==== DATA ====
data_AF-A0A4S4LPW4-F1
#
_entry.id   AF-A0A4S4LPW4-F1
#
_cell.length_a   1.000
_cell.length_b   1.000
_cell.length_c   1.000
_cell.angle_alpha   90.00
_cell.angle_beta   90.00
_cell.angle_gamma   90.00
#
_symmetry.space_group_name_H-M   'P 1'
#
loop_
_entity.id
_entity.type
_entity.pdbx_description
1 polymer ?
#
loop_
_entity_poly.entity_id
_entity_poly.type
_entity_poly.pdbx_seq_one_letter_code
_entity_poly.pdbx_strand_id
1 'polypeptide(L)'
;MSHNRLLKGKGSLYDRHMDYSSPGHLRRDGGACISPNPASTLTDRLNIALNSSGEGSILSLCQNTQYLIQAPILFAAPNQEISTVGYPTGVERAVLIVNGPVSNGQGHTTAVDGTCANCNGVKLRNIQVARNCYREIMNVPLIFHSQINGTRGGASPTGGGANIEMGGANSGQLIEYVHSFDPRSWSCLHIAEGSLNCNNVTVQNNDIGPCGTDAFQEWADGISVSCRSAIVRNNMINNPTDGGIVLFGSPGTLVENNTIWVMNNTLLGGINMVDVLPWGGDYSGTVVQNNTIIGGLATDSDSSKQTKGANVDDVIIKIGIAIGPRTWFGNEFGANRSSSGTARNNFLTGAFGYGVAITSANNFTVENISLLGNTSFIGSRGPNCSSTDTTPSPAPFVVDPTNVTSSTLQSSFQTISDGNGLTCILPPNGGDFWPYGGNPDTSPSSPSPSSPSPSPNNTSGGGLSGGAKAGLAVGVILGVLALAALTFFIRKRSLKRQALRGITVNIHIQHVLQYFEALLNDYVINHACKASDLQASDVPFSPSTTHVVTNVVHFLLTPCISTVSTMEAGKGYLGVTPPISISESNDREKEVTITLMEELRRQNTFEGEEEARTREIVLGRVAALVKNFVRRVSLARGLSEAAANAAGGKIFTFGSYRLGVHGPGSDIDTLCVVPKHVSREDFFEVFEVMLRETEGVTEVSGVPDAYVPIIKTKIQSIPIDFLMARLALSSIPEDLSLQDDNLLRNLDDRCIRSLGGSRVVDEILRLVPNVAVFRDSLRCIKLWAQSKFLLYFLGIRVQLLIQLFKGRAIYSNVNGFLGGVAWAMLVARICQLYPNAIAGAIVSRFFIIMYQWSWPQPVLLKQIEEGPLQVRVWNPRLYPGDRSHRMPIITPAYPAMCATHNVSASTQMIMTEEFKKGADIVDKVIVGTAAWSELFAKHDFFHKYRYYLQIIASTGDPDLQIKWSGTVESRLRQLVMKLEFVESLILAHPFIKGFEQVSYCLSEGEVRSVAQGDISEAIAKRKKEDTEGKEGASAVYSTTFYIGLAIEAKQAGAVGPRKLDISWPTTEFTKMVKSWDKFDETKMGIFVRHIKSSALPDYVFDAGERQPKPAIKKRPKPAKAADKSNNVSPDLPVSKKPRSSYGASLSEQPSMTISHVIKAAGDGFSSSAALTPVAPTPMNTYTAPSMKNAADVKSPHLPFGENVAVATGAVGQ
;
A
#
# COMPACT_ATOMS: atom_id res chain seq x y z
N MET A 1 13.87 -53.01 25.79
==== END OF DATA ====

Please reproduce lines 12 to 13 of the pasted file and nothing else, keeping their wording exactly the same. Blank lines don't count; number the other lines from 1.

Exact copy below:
_symmetry.space_group_name_H-M   'P 1'
#